Pressly was blue-eyed by the Cape Town Press Club after his “astonishing vitriolic attack” on the National Assembly Speaker and the Chairperson of the National Council of Provinces. According to parliamentary spokesperson, Moloto Mothapo, Pressly had violated the objectives of the Club which were “to promote the professional, social and other interests of Cape Town’s press, media and communications industries, and thereby to endeavour to enhance, uphold and defend the fundamental rights of freedom of speech, conscience and association, principles secured in the constitution.” Pressly was eventually booted, little wonder the blue party didn’t want to accept his application; then already, they knew the pure Pressly.

Pressly’s failure to uphold these values of professionalism and fundamental rights as espoused by our Constitution indicates the type of media practitioners that continue to dog our media space. His, and by extension Joubert’s conduct, unravels for us, us as the public, how vigilant we must be about the political agendas of those in our newsrooms. 

In the run-up to the local government elections in May 2011, Joubert authored an article in the City Press titled: “Coloured workers face axe”. The article was not about the Correctional Services workers who took their case to the Constitutional Court but about the “almost a million economically active coloured [sic] workers in the Western Cape [who] will lose their jobs and be replaced by black [sic] workers if the government’s proposed ­labour laws are passed.” This was the opening line to his article. It was fake news. Swart gevaar tactics par excellence by a blue party operative.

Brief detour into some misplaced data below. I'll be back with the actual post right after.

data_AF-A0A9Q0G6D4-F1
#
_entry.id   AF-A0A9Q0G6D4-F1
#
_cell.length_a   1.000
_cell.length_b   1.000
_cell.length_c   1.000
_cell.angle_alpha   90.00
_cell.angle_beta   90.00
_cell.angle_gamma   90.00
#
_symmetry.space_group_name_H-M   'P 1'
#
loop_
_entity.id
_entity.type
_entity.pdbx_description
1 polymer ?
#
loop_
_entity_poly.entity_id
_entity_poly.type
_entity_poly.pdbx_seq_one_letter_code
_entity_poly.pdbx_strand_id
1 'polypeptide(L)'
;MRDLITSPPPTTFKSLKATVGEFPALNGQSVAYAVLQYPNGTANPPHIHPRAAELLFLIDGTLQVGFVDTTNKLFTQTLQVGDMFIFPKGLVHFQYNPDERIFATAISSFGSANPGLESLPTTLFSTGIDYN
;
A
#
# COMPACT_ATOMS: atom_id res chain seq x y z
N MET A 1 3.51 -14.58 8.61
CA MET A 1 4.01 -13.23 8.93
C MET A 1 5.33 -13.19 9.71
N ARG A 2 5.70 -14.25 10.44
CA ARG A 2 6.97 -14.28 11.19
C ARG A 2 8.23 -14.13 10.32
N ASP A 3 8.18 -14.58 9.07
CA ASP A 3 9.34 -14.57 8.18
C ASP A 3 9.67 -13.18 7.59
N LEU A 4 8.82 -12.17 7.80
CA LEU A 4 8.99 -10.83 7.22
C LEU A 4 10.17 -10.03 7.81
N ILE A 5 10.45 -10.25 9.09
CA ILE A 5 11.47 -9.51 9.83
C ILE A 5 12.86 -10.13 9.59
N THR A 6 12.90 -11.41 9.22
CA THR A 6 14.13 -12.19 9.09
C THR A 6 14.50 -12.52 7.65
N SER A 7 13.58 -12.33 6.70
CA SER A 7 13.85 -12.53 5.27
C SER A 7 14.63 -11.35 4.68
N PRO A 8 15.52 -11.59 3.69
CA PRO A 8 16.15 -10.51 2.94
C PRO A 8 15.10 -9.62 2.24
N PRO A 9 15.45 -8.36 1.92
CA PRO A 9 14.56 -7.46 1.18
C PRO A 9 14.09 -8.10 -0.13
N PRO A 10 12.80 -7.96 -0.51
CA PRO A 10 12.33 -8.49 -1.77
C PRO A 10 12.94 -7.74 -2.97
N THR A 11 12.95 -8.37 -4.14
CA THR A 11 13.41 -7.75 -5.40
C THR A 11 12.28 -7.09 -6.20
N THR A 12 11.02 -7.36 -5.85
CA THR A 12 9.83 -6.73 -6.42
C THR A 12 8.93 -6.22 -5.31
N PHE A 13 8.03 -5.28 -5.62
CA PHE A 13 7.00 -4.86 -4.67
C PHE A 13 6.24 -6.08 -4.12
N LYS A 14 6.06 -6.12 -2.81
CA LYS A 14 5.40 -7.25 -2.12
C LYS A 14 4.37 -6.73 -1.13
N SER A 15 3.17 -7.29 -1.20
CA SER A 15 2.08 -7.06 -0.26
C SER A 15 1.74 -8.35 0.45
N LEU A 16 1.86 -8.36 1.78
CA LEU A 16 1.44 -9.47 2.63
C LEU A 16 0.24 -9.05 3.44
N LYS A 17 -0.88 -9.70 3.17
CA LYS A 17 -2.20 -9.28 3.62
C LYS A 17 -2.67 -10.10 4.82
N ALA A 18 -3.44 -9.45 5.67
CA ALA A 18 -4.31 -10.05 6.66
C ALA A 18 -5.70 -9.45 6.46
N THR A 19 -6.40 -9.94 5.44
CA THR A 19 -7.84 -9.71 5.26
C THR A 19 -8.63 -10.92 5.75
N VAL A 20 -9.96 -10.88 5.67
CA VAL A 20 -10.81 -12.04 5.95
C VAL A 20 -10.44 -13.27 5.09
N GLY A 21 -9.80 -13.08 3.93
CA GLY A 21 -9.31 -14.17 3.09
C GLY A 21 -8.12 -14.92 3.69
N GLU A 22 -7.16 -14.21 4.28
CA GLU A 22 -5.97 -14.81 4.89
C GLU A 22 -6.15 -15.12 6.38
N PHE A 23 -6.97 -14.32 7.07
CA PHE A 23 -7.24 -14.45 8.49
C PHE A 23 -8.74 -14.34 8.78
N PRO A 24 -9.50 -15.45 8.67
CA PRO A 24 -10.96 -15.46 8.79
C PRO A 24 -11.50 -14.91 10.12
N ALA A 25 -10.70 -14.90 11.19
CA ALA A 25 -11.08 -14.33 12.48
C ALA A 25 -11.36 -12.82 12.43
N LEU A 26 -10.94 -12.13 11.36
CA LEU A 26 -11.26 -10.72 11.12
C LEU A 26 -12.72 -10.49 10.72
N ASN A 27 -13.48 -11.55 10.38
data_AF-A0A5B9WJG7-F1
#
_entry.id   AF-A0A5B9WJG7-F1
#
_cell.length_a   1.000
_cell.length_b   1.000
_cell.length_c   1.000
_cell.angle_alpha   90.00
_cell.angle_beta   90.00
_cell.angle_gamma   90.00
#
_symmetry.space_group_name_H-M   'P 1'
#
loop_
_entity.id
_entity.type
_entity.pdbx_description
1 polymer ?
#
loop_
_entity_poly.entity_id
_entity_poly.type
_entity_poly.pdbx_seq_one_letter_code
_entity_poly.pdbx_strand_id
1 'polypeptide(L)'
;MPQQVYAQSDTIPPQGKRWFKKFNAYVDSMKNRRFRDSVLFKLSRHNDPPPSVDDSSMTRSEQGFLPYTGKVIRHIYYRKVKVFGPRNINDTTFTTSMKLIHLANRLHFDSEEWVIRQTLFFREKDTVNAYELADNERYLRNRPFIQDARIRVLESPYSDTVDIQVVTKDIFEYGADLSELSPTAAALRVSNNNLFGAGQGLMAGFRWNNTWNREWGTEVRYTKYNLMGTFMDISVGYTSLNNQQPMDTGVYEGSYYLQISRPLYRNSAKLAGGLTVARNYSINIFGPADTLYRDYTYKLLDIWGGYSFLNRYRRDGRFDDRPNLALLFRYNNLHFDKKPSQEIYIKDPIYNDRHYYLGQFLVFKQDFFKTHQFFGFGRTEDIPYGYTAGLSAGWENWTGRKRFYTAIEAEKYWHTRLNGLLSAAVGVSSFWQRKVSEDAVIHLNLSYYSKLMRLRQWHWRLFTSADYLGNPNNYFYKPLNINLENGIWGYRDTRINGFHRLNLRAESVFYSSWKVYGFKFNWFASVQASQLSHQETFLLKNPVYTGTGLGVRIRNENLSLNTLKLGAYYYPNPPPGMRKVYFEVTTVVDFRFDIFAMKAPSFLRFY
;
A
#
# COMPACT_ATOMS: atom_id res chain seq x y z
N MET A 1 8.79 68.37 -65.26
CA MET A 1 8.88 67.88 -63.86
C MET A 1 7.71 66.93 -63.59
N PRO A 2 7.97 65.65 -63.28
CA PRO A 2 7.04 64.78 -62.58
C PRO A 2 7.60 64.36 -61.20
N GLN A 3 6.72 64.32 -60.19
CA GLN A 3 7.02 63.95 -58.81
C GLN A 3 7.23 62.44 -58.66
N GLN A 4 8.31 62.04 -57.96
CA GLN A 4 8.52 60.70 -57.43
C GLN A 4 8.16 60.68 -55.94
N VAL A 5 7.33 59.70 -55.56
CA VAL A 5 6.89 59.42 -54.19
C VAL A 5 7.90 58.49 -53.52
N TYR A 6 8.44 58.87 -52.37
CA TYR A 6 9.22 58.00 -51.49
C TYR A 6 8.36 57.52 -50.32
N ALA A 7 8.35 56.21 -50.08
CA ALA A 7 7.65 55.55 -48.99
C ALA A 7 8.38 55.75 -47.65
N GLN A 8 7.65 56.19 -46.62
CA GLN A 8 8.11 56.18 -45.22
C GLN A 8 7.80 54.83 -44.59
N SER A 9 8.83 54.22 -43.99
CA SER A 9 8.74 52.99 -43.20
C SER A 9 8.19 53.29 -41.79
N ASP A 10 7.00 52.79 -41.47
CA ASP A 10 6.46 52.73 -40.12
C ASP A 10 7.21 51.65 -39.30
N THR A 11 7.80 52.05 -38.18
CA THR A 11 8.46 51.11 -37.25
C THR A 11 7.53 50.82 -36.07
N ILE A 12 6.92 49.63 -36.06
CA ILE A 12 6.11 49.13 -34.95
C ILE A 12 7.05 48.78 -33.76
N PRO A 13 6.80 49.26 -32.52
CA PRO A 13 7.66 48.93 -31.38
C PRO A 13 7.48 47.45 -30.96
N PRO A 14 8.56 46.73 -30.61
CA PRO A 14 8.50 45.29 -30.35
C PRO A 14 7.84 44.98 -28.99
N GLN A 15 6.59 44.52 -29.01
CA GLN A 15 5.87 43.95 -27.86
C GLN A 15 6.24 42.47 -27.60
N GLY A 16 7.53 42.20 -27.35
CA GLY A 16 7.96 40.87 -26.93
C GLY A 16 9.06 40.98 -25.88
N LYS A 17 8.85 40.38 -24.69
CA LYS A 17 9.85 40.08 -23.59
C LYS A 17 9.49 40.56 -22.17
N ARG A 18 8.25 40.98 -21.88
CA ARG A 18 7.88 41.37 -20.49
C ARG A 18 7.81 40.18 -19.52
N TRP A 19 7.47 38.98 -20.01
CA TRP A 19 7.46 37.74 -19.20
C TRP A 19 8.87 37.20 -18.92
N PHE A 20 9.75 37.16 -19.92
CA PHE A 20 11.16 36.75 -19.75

In an article that he wrote on the inquiry into the fitness of the public protector titled: “ANC uses bulk to drown Public Protector inquiry”, Joubert’s bias against the ANC was palatable. He accused veteran ANC leader, Dr Mathole Motshekga, of being partisan, partial and unjust towards the opposition parties. Motshekga has a doctorate in law.

There are many examples that one could use to illustrate to point out that Joubert was an undercover blue agent. It is hard for the DA to disassociate itself from media operators such as van Onselen, Pressly and Joubert who continue to propagate an agenda that is in their interest; in their interests, as White men. 

Journalists like Donwald Pressly, with their unprofessionalism, and Jan Jan Joubert, with their dishonesty, leave a blot on the reputation of the media in South Africa. They fail the South African public by being dishonest about their intentions as they fail the industry by making more people sceptical about the fourth estate; a cornerstone of our democracy. Yet we cannot deny that that blot, left by Pressly and Joubert, is blatantly blue.

Wesley Seale is a PhD Candidate at Beijing University in China